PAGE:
When I wake, for a second I'm not sure what this feeling is. Everything is the same, and yet everything has changed. Then, before I have even opened my eyes, there is a rush of noise in my head, like an underground train. And there it is: playing out in Technicolor scenes I can’t pause or mute. I press the heels of my palms into my temples as though I can make the images subside through brute force alone, but still they come, thick and fast, as if without them I might forget. On my bedside cabinet is the brass alarm clock Eve gave me when I went to university – ‘Because you’ll never get to lectures, otherwise’ – and I’m shocked to see it’s ten-thirty already. The pain in my hand has been overshadowed by a headache that blinds me if I move my head too fast, and as I peel myself from the bed every muscle aches. I pull on yesterday’s clothes and go into the garden without stopping to make a coffee, even though my mouth is so dry it’s an effort to swallow. I can’t find my shoes, and the frost stings my feet as I make my way across the grass. The garden isn’t large, but winter is on its way, and by the time I reach the other side I can’t feel my toes. The garden studio has been my sanctuary for the last five years. Little more than a shed to the casual observer, it is where I come to think, to work, and to escape. The wooden floor is stained from the lumps of clay that drop from my wheel, firmly placed in the centre of the room, where I can move around it and stand back to view my work with a critical eye. Three sides of the shed are lined with shelves on which I place my sculptures, in an ordered chaos only I could understand. Works in progress, here; fired but not painted, here; waiting to go to customers, here. Hundreds of separate pieces, yet if I shut my eyes, I can still feel the shape of each one beneath my fingers, the wetness of the clay on my palms. I take the key from its hiding place under the window ledge and open the door. It’s worse than I thought. The floor lies unseen beneath a carpet of broken clay; rounded halves of pots ending abruptly in angry jagged peaks. The wooden shelves are all empty, my desk swept clear of work, and the tiny figurines on the window ledge are unrecognisable, crushed into shards that glisten in the sunlight. By the door lies a small statuette of a woman. I made her last year, as part of a series of figures I produced for a shop in Clifton. I had wanted to produce something real, something as far from perfection as it was possible to get, and yet for it still to be beautiful. I made ten women, each with their own distinctive curves, their own bumps and scars and imperfections. I based them on my mother; my sister; girls I taught at pottery class; women I saw walking in the park. This one is me. Loosely, and not so anyone would recognise, but nevertheless me. Chest a little too flat; hips a little too narrow; feet a little too big. A tangle of hair twisted into a knot at the base of the neck. I bend down and pick her up. I had thought her intact, but as I touch her the clay moves beneath my hands, and I’m left with two broken pieces. I look at them, then I hurl them with all my strength towards the wall, where they shatter into tiny pieces that shower down on to my desk. I take a deep breath and let it slowly out.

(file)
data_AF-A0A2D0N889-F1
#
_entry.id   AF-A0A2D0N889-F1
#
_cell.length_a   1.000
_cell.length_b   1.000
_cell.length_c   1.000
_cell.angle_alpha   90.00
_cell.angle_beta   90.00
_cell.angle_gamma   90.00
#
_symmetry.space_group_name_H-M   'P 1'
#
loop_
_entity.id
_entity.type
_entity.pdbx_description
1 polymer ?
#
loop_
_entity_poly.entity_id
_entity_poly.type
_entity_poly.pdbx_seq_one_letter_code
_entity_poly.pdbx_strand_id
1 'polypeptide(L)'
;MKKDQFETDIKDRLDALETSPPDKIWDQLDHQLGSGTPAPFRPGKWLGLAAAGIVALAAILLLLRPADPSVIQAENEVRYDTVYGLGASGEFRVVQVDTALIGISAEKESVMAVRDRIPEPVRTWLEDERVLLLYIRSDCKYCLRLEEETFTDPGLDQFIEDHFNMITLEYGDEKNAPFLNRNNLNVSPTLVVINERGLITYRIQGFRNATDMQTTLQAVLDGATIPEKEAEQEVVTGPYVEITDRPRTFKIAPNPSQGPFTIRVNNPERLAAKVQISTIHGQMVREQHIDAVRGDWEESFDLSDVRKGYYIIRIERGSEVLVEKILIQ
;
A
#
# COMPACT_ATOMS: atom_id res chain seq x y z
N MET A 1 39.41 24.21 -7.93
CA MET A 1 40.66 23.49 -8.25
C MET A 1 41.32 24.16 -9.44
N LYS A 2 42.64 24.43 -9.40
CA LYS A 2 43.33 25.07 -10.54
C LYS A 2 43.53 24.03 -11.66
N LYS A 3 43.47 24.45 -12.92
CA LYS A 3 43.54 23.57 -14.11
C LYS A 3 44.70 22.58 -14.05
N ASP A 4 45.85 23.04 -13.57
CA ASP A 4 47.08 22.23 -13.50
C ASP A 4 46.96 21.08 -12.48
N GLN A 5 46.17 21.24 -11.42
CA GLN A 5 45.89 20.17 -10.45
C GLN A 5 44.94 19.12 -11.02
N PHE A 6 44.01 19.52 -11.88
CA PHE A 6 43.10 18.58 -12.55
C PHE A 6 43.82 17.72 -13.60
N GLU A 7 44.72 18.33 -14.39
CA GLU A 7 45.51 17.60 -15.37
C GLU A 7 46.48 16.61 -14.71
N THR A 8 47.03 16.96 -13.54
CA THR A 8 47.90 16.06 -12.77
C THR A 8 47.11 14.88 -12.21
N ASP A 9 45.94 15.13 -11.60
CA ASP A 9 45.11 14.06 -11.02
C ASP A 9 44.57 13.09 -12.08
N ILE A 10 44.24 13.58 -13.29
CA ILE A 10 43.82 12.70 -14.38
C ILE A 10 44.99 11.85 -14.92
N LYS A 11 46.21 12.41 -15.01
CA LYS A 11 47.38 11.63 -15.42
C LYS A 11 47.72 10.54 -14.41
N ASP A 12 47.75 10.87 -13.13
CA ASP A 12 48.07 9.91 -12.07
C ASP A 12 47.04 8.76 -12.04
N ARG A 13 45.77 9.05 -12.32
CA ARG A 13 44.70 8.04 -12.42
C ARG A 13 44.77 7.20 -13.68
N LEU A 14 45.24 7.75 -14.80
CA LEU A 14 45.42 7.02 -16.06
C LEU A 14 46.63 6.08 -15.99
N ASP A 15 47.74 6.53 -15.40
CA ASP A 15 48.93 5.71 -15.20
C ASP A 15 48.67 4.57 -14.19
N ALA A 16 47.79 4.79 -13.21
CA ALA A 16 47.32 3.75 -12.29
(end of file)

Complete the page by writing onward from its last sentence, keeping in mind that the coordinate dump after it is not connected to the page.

***

I remember reading I Let You Go like it happened only yesterday! If you missed my review, then you can find it here!

I'd like to say a massive thank you to the wonderful Kirsteen for inviting me along to be a part of Clare's blog tour! It's been a pleasure hosting such a brilliant author and book here on Becca's Books!